This Week’s Ketchup brings you seven headlines from the world of film development news, covering such titles as Methuselah Man, Moonfall, Popeye, and Scarface.
(Photo by RCF, Elizabeth Goodenough/Everett Collection)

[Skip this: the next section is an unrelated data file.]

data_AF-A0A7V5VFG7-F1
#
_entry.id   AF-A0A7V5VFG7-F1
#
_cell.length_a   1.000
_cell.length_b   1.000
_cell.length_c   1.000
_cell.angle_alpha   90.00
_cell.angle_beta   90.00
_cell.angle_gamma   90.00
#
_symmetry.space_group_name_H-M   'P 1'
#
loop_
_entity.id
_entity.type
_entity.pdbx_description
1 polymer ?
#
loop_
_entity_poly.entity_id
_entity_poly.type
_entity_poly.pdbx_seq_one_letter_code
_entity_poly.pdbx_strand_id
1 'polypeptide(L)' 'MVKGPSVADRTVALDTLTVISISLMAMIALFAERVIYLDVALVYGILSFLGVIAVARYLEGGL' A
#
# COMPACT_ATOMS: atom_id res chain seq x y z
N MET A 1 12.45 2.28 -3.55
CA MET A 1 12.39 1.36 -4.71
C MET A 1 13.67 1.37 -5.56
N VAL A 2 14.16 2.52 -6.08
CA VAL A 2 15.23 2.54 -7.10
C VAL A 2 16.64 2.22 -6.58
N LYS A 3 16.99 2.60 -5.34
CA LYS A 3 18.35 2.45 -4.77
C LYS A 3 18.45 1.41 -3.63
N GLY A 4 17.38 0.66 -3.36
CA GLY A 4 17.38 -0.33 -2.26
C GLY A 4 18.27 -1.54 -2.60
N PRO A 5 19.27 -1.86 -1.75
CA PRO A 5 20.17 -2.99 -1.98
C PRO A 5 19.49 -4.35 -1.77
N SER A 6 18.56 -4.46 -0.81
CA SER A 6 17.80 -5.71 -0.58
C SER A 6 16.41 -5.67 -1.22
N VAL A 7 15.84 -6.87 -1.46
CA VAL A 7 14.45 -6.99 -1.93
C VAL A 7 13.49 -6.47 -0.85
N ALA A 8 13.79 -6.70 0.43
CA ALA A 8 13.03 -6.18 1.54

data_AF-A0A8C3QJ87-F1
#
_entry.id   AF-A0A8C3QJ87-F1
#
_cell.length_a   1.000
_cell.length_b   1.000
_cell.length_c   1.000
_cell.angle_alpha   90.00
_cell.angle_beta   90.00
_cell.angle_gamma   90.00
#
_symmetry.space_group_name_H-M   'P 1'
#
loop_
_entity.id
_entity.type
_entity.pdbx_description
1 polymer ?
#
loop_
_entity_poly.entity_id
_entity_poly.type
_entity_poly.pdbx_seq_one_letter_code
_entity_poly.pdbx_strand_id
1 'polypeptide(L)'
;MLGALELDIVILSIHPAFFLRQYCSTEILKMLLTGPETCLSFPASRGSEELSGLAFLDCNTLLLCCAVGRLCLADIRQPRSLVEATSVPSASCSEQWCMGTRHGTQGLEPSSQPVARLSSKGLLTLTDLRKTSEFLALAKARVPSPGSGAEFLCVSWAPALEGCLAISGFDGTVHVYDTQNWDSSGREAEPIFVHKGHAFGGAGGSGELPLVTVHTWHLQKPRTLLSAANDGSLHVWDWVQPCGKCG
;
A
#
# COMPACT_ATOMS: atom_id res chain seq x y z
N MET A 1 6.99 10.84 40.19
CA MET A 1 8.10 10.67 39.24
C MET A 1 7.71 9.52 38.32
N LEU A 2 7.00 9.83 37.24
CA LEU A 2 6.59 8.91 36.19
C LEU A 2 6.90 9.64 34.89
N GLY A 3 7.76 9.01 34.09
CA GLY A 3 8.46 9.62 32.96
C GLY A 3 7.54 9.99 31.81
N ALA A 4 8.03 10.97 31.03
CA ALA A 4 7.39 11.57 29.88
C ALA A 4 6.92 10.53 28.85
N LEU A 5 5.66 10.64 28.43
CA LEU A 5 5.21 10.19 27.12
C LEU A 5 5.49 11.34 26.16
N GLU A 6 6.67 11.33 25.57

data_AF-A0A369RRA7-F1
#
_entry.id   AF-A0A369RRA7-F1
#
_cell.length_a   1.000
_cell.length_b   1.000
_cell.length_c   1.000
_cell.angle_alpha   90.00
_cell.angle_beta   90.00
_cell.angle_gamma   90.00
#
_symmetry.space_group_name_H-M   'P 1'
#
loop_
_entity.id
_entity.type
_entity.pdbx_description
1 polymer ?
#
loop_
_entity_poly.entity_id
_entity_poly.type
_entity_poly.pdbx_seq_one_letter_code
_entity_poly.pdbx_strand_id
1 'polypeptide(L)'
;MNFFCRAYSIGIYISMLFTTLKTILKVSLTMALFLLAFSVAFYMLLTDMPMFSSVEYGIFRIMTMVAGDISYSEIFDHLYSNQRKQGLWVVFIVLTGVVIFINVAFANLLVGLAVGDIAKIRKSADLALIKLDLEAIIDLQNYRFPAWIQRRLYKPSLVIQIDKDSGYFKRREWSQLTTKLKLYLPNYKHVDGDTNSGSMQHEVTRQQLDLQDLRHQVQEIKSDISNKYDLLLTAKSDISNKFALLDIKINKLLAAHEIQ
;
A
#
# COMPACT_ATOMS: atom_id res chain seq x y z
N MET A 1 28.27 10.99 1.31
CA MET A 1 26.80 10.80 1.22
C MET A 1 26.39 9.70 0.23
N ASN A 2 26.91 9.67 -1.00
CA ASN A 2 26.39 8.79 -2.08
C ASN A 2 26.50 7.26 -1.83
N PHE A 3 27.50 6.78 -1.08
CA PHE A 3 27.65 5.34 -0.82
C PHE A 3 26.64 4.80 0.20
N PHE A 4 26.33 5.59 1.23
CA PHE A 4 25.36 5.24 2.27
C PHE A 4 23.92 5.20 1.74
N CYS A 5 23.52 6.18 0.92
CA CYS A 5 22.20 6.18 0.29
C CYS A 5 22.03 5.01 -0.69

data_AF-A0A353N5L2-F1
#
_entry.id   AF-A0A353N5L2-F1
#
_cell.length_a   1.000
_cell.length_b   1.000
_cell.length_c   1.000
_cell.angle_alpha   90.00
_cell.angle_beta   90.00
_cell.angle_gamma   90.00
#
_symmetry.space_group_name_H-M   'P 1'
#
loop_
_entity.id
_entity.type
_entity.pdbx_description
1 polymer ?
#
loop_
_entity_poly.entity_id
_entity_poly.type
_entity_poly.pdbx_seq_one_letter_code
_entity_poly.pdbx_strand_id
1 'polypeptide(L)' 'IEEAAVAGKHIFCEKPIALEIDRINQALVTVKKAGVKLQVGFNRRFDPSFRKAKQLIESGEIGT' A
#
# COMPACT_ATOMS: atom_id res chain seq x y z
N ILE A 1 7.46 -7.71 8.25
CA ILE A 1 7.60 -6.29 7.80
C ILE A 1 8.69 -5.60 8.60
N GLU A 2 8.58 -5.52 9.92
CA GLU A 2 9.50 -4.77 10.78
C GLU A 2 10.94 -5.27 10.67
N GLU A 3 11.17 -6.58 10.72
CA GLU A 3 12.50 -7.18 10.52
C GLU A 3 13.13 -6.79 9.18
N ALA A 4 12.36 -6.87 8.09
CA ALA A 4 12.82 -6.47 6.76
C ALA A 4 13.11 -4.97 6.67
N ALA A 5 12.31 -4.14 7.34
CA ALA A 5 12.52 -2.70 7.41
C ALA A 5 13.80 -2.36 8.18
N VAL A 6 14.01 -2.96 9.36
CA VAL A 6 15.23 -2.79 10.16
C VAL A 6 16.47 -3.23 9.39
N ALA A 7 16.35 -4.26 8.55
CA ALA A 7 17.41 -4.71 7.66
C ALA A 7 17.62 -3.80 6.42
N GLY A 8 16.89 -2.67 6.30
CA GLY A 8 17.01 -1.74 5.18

Increasingly, there are a handful of pop culture franchises that together account for the majority of movie stars (the MCU, the DCEU, etc.), and one of those is the cast of HBO’s Game of Thrones (especially for British and European actors). Two of the more prominent American stars of Game of Thrones were Jason Momoa (Khal Drogo) and Peter Dinklage (Tyrion Lannister), and this week, they both signed up for the same vampire movie called Good, Bad & Undead. Dinklage will star as the latest in the long line of vampire hunters named Van Helsing, and Momoa will play a vampire who has vowed never to kill again. Teaming up, the two run a grift where they travel from town to town and Van Helsing pretends to defeat the vampire. Good, Bad, & Undead will be directed by Max Barbakow, who made his feature film debut with the upcoming Andy Samberg comedy Palm Springs (Fresh at 100%).